In order to fight misconceptions about the Muslim faith and educate people about specific aspects of Islam, the Notre Dame Muslim Students Association (MSA-ND) is hosting its first Islam Awareness Week from Tuesday to Friday of this week.S.M. Moududul Islam, MSA-ND secretary, said the organization began planning the week last semester, using other universities’ Islam Awareness Weeks as models.He said the goal of the week, which is funded by a Graduate Student Life grant, Campus Ministry, the Islamic Society of Michiana South Bend Mosque, the Center for Social Concerns and the Kroc Institute for International Studies, is to provide a series of unified events that allow the Notre Dame community to ask detailed questions about the Muslim faith.“The idea of Islam Awareness Week is to have multiple events within a week so that we can draw the attention of the people here on campus and let them know about Islam, and also to let the people ask questions,” Islam said. “We are having different talks and different … events at which there can be close interaction between the audience and the speaker. It is good to have that forum where you can ask questions.”MSA-ND vice president Md. Itrat Bin Shams said the week would also be an opportunity to learn about certain facets of Islam, such as the pilgrimage to Mecca and the concept of the hijab, in more detail.“[The goal is] to let people know about specific aspects of Islam, some things that are maybe known to us but not to people who believe in other faiths,” Shams said.The week will begin with two events focused on Hajj, the fifth Pillar of Islam, in which Muslims make a pilgrimage to the holy city of Mecca. On Tuesday, there will be a screening of the documentary, “Seven Wonders of the Muslim World,” which features seven mosques in the Islamic world and tells the story of seven pilgrims’ journey to Mecca.On Wednesday, during Campus Ministry’s regular “Prayer from Around the World,” Dr. A. Rashied Omar, a research scholar of Islamic Studies and peace building at the Kroc Institute, will give a talk on Hajj.“We always see the image of the Kaaba in Mecca on TV, but we don’t exactly know any people who are non-Muslim who know what is going on there,” Islam said.“So the idea is to have a lecture, and in addition to the lecture we are having a video demonstration on the pilgrimage to Mecca … [Dr. A. Rashied Omar] will be discussing the spiritual aspect as well as the rituals.”Directly following Omar’s lecture will be a dinner titled “I Believe In . . .” which will consist of small-group discussions of each participant’s faith.On Friday, MSA-ND will provide transportation for 12 students to the mosque at the Islamic Society of Michiana for a prayer service.“Some students from Notre Dame can come with us to see how we perform our prayer and also, there’s a speech just before the prayer by the imam, the leader in the mosque,” Shams said. “They can see the whole picture. The mosque, for us, for Muslims, is not only the place for the prayer, [but] it is [also] a community center, so they can see how these things connect with each other.”The week will culminate with a lecture by Hisham Mahmoud, an instructor of Arabic at Harvard University and prominent scholar of Islam on Friday evening. Mahmoud will discuss the importance of Jesus and Mary in the Islamic tradition.Tags: dr. a. rashied omar, hisham mahmoud, Islam, islam awareness week, islamic society of michiana, kroc institute for international studies, mosque, MSA-ND, muslim faith, muslim students association, notre dame muslim students association, SM Moududal Islam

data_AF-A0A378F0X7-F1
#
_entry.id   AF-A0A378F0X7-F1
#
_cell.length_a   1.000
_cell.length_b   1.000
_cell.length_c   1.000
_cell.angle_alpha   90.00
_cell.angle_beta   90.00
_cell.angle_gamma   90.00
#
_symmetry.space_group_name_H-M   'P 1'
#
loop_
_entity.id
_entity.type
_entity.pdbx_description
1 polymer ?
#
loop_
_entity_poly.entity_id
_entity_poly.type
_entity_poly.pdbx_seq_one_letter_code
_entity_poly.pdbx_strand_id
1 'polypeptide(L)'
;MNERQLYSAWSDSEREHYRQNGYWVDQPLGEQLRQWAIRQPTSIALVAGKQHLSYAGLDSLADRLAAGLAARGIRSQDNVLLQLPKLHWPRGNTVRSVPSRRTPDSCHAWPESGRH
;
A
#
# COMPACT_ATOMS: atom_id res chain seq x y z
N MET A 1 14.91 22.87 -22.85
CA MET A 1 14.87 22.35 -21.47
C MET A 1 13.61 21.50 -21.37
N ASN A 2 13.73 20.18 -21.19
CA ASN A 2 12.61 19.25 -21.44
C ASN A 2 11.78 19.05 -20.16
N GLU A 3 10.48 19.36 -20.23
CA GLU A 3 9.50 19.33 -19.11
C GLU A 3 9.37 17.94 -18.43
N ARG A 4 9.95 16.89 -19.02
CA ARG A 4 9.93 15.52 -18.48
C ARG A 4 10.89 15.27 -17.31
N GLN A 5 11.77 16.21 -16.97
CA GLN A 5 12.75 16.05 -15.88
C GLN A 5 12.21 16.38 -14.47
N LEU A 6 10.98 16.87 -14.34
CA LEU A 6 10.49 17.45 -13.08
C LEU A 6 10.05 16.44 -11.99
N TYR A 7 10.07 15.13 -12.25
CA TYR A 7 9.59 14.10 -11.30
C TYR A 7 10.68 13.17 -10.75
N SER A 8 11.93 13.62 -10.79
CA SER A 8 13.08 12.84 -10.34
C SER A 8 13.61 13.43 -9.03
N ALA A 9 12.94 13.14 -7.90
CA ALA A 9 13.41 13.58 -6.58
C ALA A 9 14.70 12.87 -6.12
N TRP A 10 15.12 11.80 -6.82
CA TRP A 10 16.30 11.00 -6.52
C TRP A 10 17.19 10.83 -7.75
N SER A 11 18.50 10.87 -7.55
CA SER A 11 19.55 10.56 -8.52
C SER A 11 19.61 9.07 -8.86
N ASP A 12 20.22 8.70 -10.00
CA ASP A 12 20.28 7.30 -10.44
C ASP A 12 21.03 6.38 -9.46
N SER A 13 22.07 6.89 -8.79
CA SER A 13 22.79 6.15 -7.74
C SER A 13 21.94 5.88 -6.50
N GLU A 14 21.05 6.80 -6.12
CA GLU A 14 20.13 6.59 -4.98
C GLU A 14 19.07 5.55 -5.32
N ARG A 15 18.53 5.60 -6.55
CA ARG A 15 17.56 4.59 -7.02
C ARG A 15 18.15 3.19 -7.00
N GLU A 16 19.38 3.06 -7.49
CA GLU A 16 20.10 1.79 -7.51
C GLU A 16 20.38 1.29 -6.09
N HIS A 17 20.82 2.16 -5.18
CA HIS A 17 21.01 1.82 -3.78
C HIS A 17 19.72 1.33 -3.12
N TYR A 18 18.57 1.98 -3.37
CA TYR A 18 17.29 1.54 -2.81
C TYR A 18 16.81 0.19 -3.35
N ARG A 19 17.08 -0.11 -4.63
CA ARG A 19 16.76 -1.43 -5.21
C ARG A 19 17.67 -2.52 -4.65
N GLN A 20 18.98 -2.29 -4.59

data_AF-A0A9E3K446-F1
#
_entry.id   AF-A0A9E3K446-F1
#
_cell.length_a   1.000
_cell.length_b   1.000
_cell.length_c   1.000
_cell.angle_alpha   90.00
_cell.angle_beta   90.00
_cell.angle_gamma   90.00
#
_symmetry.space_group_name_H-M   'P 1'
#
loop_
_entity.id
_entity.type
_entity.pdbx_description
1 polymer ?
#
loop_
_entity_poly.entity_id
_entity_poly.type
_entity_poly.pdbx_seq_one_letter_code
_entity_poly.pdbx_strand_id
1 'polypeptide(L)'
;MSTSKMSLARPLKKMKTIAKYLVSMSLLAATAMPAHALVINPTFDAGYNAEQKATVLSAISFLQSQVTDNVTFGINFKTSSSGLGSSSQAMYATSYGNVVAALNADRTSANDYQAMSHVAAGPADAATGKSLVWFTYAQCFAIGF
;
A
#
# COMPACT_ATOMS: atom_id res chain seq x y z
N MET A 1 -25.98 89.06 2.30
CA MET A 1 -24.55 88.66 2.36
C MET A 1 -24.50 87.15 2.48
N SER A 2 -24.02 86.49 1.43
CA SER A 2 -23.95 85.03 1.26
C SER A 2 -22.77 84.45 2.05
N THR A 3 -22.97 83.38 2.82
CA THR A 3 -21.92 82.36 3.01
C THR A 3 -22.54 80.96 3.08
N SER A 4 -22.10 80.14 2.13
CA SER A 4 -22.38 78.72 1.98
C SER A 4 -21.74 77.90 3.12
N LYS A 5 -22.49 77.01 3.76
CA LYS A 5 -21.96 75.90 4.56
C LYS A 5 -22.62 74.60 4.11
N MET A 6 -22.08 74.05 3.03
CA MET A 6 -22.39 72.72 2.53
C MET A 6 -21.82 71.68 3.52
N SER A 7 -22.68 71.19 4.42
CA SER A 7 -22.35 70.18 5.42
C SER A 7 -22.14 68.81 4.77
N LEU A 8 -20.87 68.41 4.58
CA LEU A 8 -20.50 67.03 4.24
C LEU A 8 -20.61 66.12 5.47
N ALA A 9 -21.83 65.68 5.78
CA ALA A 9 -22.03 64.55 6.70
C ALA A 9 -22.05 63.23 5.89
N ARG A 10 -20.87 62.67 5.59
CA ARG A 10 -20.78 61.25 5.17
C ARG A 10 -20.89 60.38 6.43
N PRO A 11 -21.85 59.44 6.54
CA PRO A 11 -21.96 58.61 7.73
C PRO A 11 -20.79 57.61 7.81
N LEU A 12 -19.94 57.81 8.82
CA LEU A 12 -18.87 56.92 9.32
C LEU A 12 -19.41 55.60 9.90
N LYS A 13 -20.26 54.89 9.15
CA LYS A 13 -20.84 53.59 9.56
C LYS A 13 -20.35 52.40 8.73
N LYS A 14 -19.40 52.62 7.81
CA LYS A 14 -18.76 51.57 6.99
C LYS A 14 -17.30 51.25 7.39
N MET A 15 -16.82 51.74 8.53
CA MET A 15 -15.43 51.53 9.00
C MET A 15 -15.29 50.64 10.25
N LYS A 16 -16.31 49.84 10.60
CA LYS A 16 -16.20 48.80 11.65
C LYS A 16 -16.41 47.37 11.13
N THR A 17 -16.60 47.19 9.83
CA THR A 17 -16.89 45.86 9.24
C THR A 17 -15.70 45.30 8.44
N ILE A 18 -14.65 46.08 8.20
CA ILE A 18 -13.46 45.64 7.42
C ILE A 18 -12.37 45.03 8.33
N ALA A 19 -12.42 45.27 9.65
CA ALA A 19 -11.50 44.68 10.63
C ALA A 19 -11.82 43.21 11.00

Drive down Main Street in Enterprise, Alabama, and you may be surprised to find yourself staring up at a 13-foot-tall statue of a woman in Grecian robes holding a bug. Yes, a bug. As a matter of fact, the Boll Weevil statue is the only monument in the world dedicated to an agricultural pest.As a young boy growing up in Alabama, I learned the story of the Boll Weevil and the impact it had on Alabama agriculture. Until the early 1900s, the cash crop in Alabama was cotton. Entire economies relied on it … that is until the Boll Weevil arrived. The Boll Weevil is an ugly little bug from Mexico that moves fast and loves cotton. By 1909 the Boll Weevil had made its way into Alabama, and by 1915 into South Alabama. In one year, 60% of the cotton crop was destroyed leaving communities in turmoil. Within a few years, the Boll Weevil nearly devastated the economy of the South. What to do? Up until the late 1800’s, most Americans gave little attention to the peanut. Only after P.T. Barnum began to sell them at his famous circus, and George Washington Carver crusaded on their behalf, did people begin to take notice. It turns out that Alabama has the perfect climate for growing peanuts. That, coupled with its desperate need for a new cash crop, catapulted South Alabama into a new prosperity as the leading peanut producer in the world. All due to a bug.2020 has brought a new bug into our lives that has altered norms and methods of doing business. For many of us, before 2020, “Zoom” was a television show from the 1970s and Corona was just a beer. Businesses and credit unions that thrive are the ones that have recognized the opportunity to evolve during times of Crisis. Many credit unions have found unique ways to serve their members from by-appointment-only meetings, remote consultations, and extending forbearance on loans.Although credit unions are in the business of serving members, some credit unions have opened themselves to huge losses. Because of the higher number of vehicle repossessions, Pete Hilger, CEO and President of Allied Solutions, is quoted in CUToday.info as saying “credit unions could face large collateral losses, and unwanted car sales on their lots in the coming year if their repossession processes are not in good working order and plans are weak.” Jake Aschendorf, Founder of Collateral Mitigation Services says “in addition to assisting members, credit unions need to also mitigate their own losses. Stewardship is as important as service”. Although Covid 19 is a bug of a different name, I don’t believe we will be erecting a statue in its honor in the future. I do believe, however, that credit unions that look for innovative ways to not only serve their members, but mitigate loss will define the new normal in years to come. 6SHARESShareShareSharePrintMailGooglePinterestDiggRedditStumbleuponDeliciousBufferTumblr,Patrick Henry Patrick Henry is an author and speaker from North Carolina. As a former Nashville songwriter and humorist on the SiriusXM Radio Family Comedy Channels, he delivers funny and entertaining keynote … Web: www.patrickHenrySpeaker.com Details
“This is to inform you thathenceforth, all communication and special concerns of all Departments and/oragencies of government needing the attention of the Office of the Presidentand/or Office of the Presidential Assistant for the Visayas (OPAV) withinRegion 6 shall be coursed through Assistant Secretary Anthony Gerard Y. Gonzales,”stated the memorandum signed by Diño. He added that OPAV’s presence inWestern Visayas will be more visible this time since he will visit the regionmore often. “We have been extending our servicesto the Visayas, and we want to expand and reach more audiences in order toserve more people,” said Gonzales. As a first major project for theregion, according to Gonzales, the Serbisyong Malasakit for local governmentunits will be launched in Western Visayas./PN “We are hopeful that through this, itwill strengthen the relationship between local government units and NGAs, andtherefore, bring the Filipino people closer to the Office of the President,”Gonzales said. ILOILO City – Office of thePresidential Assistant for the Visayas’s (OPAV) Assistant Secretary JonjiGonzales has been designated by Secretary Michael Lloyd Diño as representativefor special concerns in Western Visayas. Gonzales said the designation willgive OPAV a chance to maximize its reach in the Visayas. PA Michael Dino, Asec Jonji Gonzales and Deputy Mike Pato. Office of the Presidential Assistant for the Visayas Aside from the assistance that OPAVcan give to the local government units through coordination with nationalgovernment agencies (NGAs), OPAV is also planning to expand its SerbisyongMalasakit, a one-stop shop for government services into all other areas of theVisayas. This will allow the grassroots peopleto avail themselves of the services offered by the different NGAs in onesetting.